This versatile viewer includes features like hypertext links, extended print, and search capabilities. It uses a subset of the IPF standard format, and can read other books that use this format (.INF extension).

Included in PC DOS are three online books:

  • PC DOS Command Reference (CMDREF.INF)
  • REXX Information (DOSREXX.INF)
  • PC DOS Error Messages (DOSERROR.INF)

To create an .INF document viewable by the DOS Viewer, you need to use the OS/2 Toolkit, which contains the OS/2 IPF Compiler. IBM's Information Presentation Facility Guide and Reference, order number S10G-6262, gives detailed information for using and creating IPF-based books.

Note that PC DOS handles only a subset of the IPF tags documented for OS/2. Even though PC DOS can view OS/2 .INF files, it cannot display OS/2 books that use tags not supported by the DOS Viewer. The subset of supported IPF tags is documented in the PC DOS Red Book, order number GG24-4459. The OS/2 Toolkit is included in The Developer Connection for OS/2, a subscription service available by calling 1-800-6-DEVCON.

Features in the PC DOS online help facility are:

  • Multipane viewer, which lets you view the table of contents along with the item.
  • Hyperlinks, highlighted words or phrases that link you to related subjects and topics.
  • Services, which let you search by keyword, print one or more sections, or copy information to an ASCII file.
  • Options, which let you change the way information is displayed on your screen by selecting from: Expand one level, Expand branch, Expand all, Collapse branch, Collapse all, Contents, and Index.

Docking Support

Mobile users who have Plug and Play (PnP)-enabled hardware can take advantage of "cold," "warm," and "hot" docking support. Indeed, PC DOS's docking support could eliminate the need to reboot your docking station whenever you dock your mobile PC. Whether you need to reboot will depend on what is connected to your docking station.

Cold docking means that, when a mobile PC is docked, it must be rebooted in order to recognize any of its associated peripherals. Cold docking support in PC DOS was enhanced with the multi-configuration support implemented in DOS 6.x.

In warm docking, a mobile PC is in a suspended state when a docking event occurs. In this situation, many if not all of the associated peripherals are recognized and activated. In hot docking, a mobile PC is fully active when docked, and many if not all peripherals are recognized and activated. In PC DOS, docking support has been extended to both warm and hot docking.

DOSDOCK: Accompanying this new docking support is the ability to configure a mobile PC to execute a predefined command, batch file, or program when either docking or undocking takes place. This new function, called DOSDOCK, executes at the DOS command line. It loads and remains resident, waiting for the docking or undocking event. When the event occurs, DOS-DOCK examines the environment for the docking or undocking parameters, and (depending on the Plug and Play interrupt received) tells DOS to execute the docking or undocking command. A message informs you that the docking or undocking support is executing. DOS-DOCK greatly enhances usability, and makes docking and undocking a PC simple and painless.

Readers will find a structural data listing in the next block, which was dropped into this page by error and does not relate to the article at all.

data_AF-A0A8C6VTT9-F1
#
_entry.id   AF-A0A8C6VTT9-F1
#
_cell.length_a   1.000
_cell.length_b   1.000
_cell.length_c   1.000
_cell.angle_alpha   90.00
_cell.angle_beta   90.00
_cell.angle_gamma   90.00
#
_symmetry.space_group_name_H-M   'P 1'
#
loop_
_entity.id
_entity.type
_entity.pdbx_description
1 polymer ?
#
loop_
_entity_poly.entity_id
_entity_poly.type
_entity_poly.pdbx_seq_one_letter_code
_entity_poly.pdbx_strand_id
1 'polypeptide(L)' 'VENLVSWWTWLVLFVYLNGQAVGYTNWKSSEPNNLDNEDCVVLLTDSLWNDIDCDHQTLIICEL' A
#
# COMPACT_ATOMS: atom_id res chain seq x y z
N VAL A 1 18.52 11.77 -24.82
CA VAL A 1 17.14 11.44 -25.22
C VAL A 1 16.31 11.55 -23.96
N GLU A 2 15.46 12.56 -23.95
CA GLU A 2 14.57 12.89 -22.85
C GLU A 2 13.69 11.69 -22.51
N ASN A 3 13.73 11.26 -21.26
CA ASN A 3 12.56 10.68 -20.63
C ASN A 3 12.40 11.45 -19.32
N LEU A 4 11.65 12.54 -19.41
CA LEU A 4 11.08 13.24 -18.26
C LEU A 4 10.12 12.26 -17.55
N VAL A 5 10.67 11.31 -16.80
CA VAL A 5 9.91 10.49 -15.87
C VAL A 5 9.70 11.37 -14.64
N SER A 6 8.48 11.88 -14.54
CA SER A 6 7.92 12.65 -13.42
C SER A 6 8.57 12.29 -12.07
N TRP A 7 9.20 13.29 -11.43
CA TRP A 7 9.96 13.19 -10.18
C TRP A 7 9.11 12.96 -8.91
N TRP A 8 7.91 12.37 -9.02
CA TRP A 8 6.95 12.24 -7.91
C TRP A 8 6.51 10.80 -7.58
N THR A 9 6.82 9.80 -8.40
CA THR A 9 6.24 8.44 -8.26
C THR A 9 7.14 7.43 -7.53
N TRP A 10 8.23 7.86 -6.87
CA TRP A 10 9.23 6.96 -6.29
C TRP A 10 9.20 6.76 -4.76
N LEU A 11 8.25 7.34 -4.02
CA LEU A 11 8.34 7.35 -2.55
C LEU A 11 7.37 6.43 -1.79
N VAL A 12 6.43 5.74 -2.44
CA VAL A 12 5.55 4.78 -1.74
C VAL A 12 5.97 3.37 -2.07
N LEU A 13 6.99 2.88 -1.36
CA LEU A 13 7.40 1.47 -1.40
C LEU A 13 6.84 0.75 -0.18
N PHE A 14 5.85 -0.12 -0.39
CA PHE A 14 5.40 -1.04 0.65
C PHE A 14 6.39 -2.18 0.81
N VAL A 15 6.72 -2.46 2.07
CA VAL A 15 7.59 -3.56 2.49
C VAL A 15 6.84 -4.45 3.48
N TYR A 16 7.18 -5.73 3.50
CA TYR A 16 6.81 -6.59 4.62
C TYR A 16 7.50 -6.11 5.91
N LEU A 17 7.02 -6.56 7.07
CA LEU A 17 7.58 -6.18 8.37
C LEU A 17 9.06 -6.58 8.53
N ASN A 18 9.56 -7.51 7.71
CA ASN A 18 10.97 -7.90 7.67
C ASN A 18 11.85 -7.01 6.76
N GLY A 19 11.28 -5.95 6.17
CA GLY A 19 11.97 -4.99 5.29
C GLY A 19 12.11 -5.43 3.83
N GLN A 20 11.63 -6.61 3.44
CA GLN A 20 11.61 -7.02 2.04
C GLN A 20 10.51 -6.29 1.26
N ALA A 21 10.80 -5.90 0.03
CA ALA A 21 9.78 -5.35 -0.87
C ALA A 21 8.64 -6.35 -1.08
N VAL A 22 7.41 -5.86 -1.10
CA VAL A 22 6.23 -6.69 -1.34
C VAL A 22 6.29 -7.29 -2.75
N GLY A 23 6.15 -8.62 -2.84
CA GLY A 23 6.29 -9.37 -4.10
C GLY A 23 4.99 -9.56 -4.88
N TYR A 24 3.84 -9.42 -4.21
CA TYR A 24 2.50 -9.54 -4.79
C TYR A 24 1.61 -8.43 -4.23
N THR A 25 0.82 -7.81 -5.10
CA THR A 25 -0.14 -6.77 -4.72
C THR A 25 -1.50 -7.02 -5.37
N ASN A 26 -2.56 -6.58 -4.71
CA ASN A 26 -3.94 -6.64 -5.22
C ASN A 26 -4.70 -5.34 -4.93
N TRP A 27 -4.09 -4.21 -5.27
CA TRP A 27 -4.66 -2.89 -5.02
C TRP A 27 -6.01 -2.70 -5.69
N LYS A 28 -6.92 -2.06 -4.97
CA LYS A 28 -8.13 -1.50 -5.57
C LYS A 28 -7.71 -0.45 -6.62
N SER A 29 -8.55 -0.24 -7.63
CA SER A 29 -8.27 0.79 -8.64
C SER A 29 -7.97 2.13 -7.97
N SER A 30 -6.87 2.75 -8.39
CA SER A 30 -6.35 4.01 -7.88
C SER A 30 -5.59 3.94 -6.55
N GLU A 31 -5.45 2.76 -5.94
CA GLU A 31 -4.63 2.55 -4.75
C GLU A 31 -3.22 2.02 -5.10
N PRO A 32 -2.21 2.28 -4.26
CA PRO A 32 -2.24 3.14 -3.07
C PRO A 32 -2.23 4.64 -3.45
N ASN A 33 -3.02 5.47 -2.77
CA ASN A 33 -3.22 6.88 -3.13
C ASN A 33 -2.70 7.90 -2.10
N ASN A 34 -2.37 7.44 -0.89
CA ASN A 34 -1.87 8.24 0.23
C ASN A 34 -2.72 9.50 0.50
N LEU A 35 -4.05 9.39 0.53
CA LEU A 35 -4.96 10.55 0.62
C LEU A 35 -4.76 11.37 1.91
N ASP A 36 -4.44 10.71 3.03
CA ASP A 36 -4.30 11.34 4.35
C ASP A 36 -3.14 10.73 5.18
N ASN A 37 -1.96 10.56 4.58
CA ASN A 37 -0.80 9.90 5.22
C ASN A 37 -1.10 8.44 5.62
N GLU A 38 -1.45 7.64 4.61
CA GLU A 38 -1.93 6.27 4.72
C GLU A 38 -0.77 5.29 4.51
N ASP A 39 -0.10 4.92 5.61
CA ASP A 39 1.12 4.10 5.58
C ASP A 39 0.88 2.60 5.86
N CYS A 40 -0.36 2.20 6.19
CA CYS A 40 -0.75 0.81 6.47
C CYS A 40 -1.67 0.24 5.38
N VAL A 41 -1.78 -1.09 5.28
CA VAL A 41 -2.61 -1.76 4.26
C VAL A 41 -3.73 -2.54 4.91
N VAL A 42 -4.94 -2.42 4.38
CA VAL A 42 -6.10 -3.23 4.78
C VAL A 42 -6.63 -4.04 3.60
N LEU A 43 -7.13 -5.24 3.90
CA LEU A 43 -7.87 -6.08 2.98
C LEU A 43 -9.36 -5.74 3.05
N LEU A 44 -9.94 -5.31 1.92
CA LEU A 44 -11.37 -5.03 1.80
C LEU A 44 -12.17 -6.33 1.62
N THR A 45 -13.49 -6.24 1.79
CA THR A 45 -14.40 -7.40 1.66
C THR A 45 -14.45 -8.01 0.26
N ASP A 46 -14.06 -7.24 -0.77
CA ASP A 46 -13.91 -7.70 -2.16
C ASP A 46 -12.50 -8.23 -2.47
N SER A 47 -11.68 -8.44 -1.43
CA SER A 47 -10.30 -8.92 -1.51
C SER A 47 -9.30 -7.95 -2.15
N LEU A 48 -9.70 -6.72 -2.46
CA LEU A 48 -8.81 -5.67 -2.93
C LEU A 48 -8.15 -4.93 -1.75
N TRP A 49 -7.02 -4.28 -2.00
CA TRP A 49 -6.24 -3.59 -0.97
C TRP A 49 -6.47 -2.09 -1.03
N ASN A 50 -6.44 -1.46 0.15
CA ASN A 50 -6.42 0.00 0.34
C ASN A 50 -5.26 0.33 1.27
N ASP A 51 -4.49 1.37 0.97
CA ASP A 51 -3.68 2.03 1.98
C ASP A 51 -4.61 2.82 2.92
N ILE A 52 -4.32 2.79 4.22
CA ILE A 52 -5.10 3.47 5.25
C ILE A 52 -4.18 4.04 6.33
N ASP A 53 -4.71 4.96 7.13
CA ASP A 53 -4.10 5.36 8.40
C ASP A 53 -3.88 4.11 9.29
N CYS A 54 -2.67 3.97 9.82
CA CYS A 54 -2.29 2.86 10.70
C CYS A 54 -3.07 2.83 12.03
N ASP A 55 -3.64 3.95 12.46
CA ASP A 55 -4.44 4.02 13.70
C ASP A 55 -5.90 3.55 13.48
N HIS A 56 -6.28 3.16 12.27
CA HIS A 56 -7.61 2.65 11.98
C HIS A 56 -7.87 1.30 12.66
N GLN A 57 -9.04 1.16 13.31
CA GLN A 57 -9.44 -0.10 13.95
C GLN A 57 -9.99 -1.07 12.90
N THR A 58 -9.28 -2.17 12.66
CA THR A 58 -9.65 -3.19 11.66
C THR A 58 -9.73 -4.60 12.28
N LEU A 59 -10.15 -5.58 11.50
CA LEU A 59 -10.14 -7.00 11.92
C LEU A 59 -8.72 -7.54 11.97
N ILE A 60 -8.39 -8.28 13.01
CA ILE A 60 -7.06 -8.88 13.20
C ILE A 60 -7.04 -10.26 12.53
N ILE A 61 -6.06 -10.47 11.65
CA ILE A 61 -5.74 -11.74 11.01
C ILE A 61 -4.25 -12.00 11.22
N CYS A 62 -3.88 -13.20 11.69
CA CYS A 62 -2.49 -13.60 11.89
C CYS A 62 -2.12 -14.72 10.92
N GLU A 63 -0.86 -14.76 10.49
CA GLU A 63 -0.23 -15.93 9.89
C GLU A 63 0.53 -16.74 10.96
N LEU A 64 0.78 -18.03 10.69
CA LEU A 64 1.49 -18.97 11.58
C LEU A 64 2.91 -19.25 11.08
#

Docking support cannot be activated while running Windows. However, PC DOS notifies you, in a pop-up Windows message, that you must shut down Windows to allow the DOSDOCK operation to commence.

DYNALOAD: A new command, DYNALOAD, enables you to dynamically load certain device drivers from the C: prompt without requiring you to modify your CONFIG.SYS and restart your computer. DYNALOAD does not run under Windows, in a VDM, or while a task swapper is active.

The PC DOS Command Reference lists the drivers shipped with DOS that are supported by DYNALOAD. However, users may find that many additional device drivers are DYNALOAD-able. Because there are no standards for loading DOS device drivers after CONFIG. SYS is processed, the rule of thumb is: Attempt to load the device driver. If any errors occur, or the driver does not behave properly, do not use DYNALOAD with that device driver. Drivers that DYNALOAD definitely cannot load include those that require DOS system initialization, execution via CONFIG.SYS, and Block Device Drivers. (IBM has tested only the drivers listed in the PC DOS Command Reference.)

File Synchronization

PC DOS's File Update keeps your work current wherever your work resides. This new full-screen utility automatically updates files between two personal computers, enabling you to easily synchronize files between your mobile and desktop computers. You don't have to remember which files you have changed - just let PC DOS's File Update synchronize the files!

The PC DOS File Update utility provides filters for ignoring non-data files and for synchronizing files between two computers. To use File Update, you need to establish a connection between two computers, via parallel or serial port, LAN connection, or even sneakernet (on diskette). File Update's full-screen and command-line interface works with any connection that shows a drive letter.

PC DOS has a utility, INTERLNK, that lets you establish a connection between two PCs using a parallel or serial cable. To use INTERLNK:

  1. Connect two systems via either a serial or parallel cable (the parallel transfer rate is much higher than serial).
  2. On both PCs, include in CONFIG. SYS the line
  4. Reboot both PCs to activate the INTERLNK driver.
  5. Establish one PC as the server, and at that computer's keyboard, type